What do I care about? In my business, I care about three things: I care about my employees, I care about my customers, and I care about the profitability of the business. I care about these things in that order. In the business, everything else is just details. Don't sweat the details. Sweat these other things. All else is the buzzing of flies.
My employees come first. The customer is not always right. I take care of my people. Do we have to ask why? Lets assume we have no moral compass and "because it's the right thing to do" is not a good answer. Take care of your people and their enthusiasm and happiness will result in greater productivity and will better serve the customer. Blah, blah, blah. If you fake this, it results in all kinds of corporate style perversions, like forced team building exercises and meddling in peoples lives. I suppose it's better than being a horrible tyrant and putting productivity sensors on your employees as they run around your environmentally hostile work environment.
I care about my customers. I want to build relationships. I want them to be happy long term. I'm willing to lose a sale over that. I'll send them across town or online to make them happy, but I'll also special order their $5 game with $7 shipping, if it comes to that. I'm willing to tell the occasional (young) person uncomfortable truths to help them on their path, that has nothing to do with selling games. The truth of this one is I never expected the customers to be the best part of the job, but they are. I had hoped to be the puppet master behind the scenes in the office. I hate the office.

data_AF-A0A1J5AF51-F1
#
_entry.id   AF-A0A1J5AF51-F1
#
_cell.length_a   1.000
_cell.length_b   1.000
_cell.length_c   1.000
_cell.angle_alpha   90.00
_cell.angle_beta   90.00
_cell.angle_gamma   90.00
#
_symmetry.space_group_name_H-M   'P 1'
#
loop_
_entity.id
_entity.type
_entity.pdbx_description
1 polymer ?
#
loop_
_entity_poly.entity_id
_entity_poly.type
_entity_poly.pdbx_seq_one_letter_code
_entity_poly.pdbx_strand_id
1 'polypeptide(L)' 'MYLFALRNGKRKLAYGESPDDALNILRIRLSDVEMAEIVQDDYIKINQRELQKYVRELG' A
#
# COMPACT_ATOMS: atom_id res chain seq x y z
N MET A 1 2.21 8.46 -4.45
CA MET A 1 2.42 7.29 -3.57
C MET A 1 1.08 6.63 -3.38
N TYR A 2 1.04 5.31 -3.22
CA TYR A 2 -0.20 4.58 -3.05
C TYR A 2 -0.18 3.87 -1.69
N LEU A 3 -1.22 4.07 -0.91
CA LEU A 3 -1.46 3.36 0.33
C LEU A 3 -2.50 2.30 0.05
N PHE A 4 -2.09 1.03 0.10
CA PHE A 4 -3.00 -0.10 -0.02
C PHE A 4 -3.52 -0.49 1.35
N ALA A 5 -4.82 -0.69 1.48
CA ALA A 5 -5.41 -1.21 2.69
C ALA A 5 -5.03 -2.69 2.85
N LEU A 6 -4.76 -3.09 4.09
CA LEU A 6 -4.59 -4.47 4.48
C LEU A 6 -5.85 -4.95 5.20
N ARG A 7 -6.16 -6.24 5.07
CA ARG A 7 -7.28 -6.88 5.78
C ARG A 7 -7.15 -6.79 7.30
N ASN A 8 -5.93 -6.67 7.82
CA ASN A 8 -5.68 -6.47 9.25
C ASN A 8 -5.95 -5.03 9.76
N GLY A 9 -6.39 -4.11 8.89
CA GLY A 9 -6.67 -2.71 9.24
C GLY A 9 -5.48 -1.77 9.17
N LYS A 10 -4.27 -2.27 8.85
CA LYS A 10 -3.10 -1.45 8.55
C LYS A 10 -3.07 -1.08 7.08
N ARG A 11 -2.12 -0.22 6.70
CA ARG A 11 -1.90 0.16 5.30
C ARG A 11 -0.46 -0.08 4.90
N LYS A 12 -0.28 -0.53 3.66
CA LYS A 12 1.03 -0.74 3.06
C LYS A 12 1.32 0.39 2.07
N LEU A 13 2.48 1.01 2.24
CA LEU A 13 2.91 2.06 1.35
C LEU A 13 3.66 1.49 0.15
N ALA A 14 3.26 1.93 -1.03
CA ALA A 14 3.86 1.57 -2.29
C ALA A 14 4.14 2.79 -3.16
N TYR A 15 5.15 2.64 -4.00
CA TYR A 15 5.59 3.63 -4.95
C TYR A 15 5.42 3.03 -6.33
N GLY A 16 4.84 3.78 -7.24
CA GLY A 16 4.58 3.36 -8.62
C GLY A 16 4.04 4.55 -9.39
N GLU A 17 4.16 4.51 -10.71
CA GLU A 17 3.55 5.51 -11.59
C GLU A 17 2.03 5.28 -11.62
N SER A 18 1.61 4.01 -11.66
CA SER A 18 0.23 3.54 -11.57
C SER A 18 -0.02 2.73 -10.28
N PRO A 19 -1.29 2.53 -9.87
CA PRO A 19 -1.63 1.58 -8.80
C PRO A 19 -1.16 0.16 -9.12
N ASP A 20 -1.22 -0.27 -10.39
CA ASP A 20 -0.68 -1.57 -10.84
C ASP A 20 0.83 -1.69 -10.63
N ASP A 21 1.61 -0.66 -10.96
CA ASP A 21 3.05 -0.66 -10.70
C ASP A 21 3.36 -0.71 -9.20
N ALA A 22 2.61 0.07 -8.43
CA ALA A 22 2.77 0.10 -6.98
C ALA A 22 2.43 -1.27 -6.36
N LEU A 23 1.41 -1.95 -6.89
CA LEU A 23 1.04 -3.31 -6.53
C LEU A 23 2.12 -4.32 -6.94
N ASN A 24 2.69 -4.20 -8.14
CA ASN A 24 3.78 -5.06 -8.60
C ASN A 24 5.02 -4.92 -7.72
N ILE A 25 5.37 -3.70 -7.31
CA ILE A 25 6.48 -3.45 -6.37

Again, taking care of your customers is the long term correct business decision that will result in excellent word of mouth marketing and respect for your business and your opinion. That's more blah, blah, blah really. Customers know when you're faking, and similar to fake caring for your people, fake caring for customers comes off as crass and opportunistic. It's only slightly better than not caring. At least then they know where you stand. If you shop at Target or Wal-Mart, you've probably experienced the lowest common denominator of customer caring.
As an aside, there are many horrible people who will come in that resemble customers, but are not. "I don't want to be that guy, but this game is $5 cheaper at Target." Suddenly, without warning, not my customer. Buzzing of flies. "What was that you said, my good man?" These people will suck the soul from the top of your head with a cocktail straw.
The profit of the business is critical. As the leader of a corporate entity, I'm legally required to maximize shareholder value. I can actually be held liable for making decisions that do not do this. Before you freak out about all the corners I could theoretically cut, remember the first two imperatives of caring about employees and customers. There's not much wiggle room when you put it in that context. You can't fake profit, although you can hide your head in the gross like a business ostrich until profit passes you by.
Finally, not listed here because it tends to solve itself if you do everything else right, take care of yourself. Vacations are not optional. Time spent burned out can go on for weeks, months or years, and this time is lost opportunity. You have cheated your shareholders out of you functioning properly. Take time off. Go do some gaming if that recharges your batteries. Take a trip. Do something else. You need fresh eyes every day to see where you can improve and come up with innovative ideas.
Taking care of yourself also means properly paying yourself. Oh, and pay yourself well. You absolutely, by textbook definition, earned it. That's your money. Compensate yourself for a job well done. It might seem strange that I emphasize this to such an extent, but I think it's necessary. It feels like a slippery slope to pay yourself well while negotiating down your garbage bill and changing cell phone providers to save $10 a month. But this is business. This is the point. Do the job. Get paid. Get a little somethin' for yourself.